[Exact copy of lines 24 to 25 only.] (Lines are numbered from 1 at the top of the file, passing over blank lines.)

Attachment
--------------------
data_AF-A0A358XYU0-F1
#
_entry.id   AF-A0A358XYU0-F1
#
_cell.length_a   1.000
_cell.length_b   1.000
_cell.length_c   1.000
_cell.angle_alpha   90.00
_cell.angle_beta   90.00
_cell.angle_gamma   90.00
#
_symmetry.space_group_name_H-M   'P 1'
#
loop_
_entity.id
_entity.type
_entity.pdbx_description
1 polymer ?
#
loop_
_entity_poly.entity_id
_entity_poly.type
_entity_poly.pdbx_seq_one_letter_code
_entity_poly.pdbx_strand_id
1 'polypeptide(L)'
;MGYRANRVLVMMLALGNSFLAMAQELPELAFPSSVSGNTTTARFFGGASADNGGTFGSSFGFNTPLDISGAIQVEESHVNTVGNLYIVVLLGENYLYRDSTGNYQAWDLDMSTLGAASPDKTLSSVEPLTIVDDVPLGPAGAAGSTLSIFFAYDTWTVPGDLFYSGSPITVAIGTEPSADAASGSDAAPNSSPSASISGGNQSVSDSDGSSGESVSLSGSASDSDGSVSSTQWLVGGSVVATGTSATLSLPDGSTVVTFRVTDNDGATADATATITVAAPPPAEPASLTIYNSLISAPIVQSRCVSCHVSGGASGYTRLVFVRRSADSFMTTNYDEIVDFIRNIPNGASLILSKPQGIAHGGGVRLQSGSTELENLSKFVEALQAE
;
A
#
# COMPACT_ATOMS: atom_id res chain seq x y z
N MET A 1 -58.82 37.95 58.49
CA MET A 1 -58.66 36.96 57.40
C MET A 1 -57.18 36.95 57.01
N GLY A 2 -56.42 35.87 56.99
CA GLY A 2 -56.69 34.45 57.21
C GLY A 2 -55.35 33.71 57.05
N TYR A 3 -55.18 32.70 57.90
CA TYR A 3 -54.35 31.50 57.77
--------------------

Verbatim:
_entity_poly.pdbx_strand_id
1 'polypeptide(L)'